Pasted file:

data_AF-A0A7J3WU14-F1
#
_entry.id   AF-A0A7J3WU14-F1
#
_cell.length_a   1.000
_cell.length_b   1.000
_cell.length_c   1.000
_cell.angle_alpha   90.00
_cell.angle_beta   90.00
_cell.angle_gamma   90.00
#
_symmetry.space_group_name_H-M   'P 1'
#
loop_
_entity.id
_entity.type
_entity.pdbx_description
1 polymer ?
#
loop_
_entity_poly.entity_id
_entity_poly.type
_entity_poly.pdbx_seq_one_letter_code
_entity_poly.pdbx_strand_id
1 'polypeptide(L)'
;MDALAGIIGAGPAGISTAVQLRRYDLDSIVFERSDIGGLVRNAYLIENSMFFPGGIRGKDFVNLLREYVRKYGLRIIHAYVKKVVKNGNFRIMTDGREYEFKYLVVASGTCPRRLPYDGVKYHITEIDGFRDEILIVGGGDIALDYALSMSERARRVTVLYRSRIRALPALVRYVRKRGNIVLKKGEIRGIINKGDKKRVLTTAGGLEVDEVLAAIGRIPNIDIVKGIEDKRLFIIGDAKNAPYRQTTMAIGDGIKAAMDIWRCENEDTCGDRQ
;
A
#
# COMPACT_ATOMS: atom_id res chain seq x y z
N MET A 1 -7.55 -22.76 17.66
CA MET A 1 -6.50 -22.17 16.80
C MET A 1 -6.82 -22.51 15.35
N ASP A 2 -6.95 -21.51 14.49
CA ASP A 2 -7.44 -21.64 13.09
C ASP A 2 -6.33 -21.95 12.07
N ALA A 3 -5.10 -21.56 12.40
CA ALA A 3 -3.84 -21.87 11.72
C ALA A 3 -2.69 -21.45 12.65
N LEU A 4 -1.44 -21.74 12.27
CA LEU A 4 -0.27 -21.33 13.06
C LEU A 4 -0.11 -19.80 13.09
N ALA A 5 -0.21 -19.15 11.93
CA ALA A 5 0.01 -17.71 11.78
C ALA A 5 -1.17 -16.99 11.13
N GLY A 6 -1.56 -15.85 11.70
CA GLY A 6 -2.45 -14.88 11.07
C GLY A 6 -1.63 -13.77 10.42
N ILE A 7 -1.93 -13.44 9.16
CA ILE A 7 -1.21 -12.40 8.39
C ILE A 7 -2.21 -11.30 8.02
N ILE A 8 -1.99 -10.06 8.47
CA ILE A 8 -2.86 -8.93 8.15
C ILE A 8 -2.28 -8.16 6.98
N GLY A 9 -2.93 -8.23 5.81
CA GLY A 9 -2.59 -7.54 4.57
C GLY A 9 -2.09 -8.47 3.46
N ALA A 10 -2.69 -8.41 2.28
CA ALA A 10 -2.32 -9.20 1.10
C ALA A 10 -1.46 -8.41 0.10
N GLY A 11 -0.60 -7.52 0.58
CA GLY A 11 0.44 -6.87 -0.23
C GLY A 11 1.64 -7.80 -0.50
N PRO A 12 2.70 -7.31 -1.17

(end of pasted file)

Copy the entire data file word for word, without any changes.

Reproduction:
data_AF-A0A7J3WU14-F1
#
_entry.id   AF-A0A7J3WU14-F1
#
_cell.length_a   1.000
_cell.length_b   1.000
_cell.length_c   1.000
_cell.angle_alpha   90.00
_cell.angle_beta   90.00
_cell.angle_gamma   90.00
#
_symmetry.space_group_name_H-M   'P 1'
#
loop_
_entity.id
_entity.type
_entity.pdbx_description
1 polymer ?
#
loop_
_entity_poly.entity_id
_entity_poly.type
_entity_poly.pdbx_seq_one_letter_code
_entity_poly.pdbx_strand_id
1 'polypeptide(L)'
;MDALAGIIGAGPAGISTAVQLRRYDLDSIVFERSDIGGLVRNAYLIENSMFFPGGIRGKDFVNLLREYVRKYGLRIIHAYVKKVVKNGNFRIMTDGREYEFKYLVVASGTCPRRLPYDGVKYHITEIDGFRDEILIVGGGDIALDYALSMSERARRVTVLYRSRIRALPALVRYVRKRGNIVLKKGEIRGIINKGDKKRVLTTAGGLEVDEVLAAIGRIPNIDIVKGIEDKRLFIIGDAKNAPYRQTTMAIGDGIKAAMDIWRCENEDTCGDRQ
;
A
#
# COMPACT_ATOMS: atom_id res chain seq x y z
N MET A 1 -7.55 -22.76 17.66
CA MET A 1 -6.50 -22.17 16.80
C MET A 1 -6.82 -22.51 15.35
N ASP A 2 -6.95 -21.51 14.49
CA ASP A 2 -7.44 -21.64 13.09
C ASP A 2 -6.33 -21.95 12.07
N ALA A 3 -5.10 -21.56 12.40
CA ALA A 3 -3.84 -21.87 11.72
C ALA A 3 -2.69 -21.45 12.65
N LEU A 4 -1.44 -21.74 12.27
CA LEU A 4 -0.27 -21.33 13.06
C LEU A 4 -0.11 -19.80 13.09
N ALA A 5 -0.21 -19.15 11.93
CA ALA A 5 0.01 -17.71 11.78
C ALA A 5 -1.17 -16.99 11.13
N GLY A 6 -1.56 -15.85 11.70
CA GLY A 6 -2.45 -14.88 11.07
C GLY A 6 -1.63 -13.77 10.42
N ILE A 7 -1.93 -13.44 9.16
CA ILE A 7 -1.21 -12.40 8.39
C ILE A 7 -2.21 -11.30 8.02
N ILE A 8 -1.99 -10.06 8.47
CA ILE A 8 -2.86 -8.93 8.15
C ILE A 8 -2.28 -8.16 6.98
N GLY A 9 -2.93 -8.23 5.81
CA GLY A 9 -2.59 -7.54 4.57
C GLY A 9 -2.09 -8.47 3.46
N ALA A 10 -2.69 -8.41 2.28
CA ALA A 10 -2.32 -9.20 1.10
C ALA A 10 -1.46 -8.41 0.10
N GLY A 11 -0.60 -7.52 0.58
CA GLY A 11 0.44 -6.87 -0.23
C GLY A 11 1.64 -7.80 -0.50
N PRO A 12 2.70 -7.31 -1.17